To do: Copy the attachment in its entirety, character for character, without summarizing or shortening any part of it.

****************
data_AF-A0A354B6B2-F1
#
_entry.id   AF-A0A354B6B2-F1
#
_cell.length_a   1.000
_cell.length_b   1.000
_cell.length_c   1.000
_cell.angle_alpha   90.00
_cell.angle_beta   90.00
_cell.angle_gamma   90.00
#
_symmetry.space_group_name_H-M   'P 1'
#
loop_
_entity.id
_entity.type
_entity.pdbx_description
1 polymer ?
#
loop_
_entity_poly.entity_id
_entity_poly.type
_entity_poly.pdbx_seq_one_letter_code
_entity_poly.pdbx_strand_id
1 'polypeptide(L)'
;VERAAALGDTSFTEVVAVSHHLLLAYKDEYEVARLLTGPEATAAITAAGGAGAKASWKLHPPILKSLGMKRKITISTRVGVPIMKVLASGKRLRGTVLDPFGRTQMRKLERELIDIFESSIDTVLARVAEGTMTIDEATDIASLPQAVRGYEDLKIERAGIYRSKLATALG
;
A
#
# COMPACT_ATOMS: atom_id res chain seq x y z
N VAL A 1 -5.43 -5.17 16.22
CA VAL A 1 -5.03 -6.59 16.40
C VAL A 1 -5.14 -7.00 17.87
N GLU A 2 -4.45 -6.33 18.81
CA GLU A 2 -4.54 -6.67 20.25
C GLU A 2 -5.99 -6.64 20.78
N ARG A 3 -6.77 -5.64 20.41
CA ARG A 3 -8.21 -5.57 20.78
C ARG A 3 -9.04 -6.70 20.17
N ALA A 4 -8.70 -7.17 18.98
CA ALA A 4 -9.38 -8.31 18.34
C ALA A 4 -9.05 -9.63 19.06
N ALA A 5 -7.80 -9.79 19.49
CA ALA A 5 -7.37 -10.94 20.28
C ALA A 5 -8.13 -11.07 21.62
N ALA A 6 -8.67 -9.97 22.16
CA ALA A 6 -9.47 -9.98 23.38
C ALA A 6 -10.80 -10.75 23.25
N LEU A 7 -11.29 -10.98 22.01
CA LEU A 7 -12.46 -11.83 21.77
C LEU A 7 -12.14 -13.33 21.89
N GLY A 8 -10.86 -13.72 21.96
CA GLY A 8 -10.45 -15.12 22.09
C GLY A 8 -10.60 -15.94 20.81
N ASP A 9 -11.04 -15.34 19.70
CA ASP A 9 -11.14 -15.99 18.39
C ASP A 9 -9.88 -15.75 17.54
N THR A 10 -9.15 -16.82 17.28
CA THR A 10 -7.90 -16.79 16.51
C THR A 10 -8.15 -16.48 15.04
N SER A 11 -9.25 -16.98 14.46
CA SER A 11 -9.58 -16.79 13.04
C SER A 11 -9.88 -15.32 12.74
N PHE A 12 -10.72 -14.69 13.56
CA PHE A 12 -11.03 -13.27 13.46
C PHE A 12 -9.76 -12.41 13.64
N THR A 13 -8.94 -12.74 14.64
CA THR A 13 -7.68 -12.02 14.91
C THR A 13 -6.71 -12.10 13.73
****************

data_AF-A0A354B6B2-F1
#
_entry.id   AF-A0A354B6B2-F1
#
_cell.length_a   1.000
_cell.length_b   1.000
_cell.length_c   1.000
_cell.angle_alpha   90.00
_cell.angle_beta   90.00
_cell.angle_gamma   90.00
#
_symmetry.space_group_name_H-M   'P 1'
#
loop_
_entity.id
_entity.type
_entity.pdbx_description
1 polymer ?
#
loop_
_entity_poly.entity_id
_entity_poly.type
_entity_poly.pdbx_seq_one_letter_code
_entity_poly.pdbx_strand_id
1 'polypeptide(L)'
;VERAAALGDTSFTEVVAVSHHLLLAYKDEYEVARLLTGPEATAAITAAGGAGAKASWKLHPPILKSLGMKRKITISTRVGVPIMKVLASGKRLRGTVLDPFGRTQMRKLERELIDIFESSIDTVLARVAEGTMTIDEATDIASLPQAVRGYEDLKIERAGIYRSKLATALG
;
A
#
# COMPACT_ATOMS: atom_id res chain seq x y z
N VAL A 1 -5.43 -5.17 16.22
CA VAL A 1 -5.03 -6.59 16.40
C VAL A 1 -5.14 -7.00 17.87
N GLU A 2 -4.45 -6.33 18.81
CA GLU A 2 -4.54 -6.67 20.25
C GLU A 2 -5.99 -6.64 20.78
N ARG A 3 -6.77 -5.64 20.41
CA ARG A 3 -8.21 -5.57 20.78
C ARG A 3 -9.04 -6.70 20.17
N ALA A 4 -8.70 -7.17 18.98
CA ALA A 4 -9.38 -8.31 18.34
C ALA A 4 -9.05 -9.63 19.06
N ALA A 5 -7.80 -9.79 19.49
CA ALA A 5 -7.37 -10.94 20.28
C ALA A 5 -8.13 -11.07 21.62
N ALA A 6 -8.67 -9.97 22.16
CA ALA A 6 -9.47 -9.98 23.38
C ALA A 6 -10.80 -10.75 23.25
N LEU A 7 -11.29 -10.98 22.01
CA LEU A 7 -12.46 -11.83 21.77
C LEU A 7 -12.14 -13.33 21.89
N GLY A 8 -10.86 -13.72 21.96
CA GLY A 8 -10.45 -15.12 22.09
C GLY A 8 -10.60 -15.94 20.81
N ASP A 9 -11.04 -15.34 19.70
CA ASP A 9 -11.14 -15.99 18.39
C ASP A 9 -9.88 -15.75 17.54
N THR A 10 -9.15 -16.82 17.28
CA THR A 10 -7.90 -16.79 16.51
C THR A 10 -8.15 -16.48 15.04
N SER A 11 -9.25 -16.98 14.46
CA SER A 11 -9.58 -16.79 13.04
C SER A 11 -9.88 -15.32 12.74
N PHE A 12 -10.72 -14.69 13.56
CA PHE A 12 -11.03 -13.27 13.46
C PHE A 12 -9.76 -12.41 13.64
N THR A 13 -8.94 -12.74 14.64
CA THR A 13 -7.68 -12.02 14.91
C THR A 13 -6.71 -12.10 13.73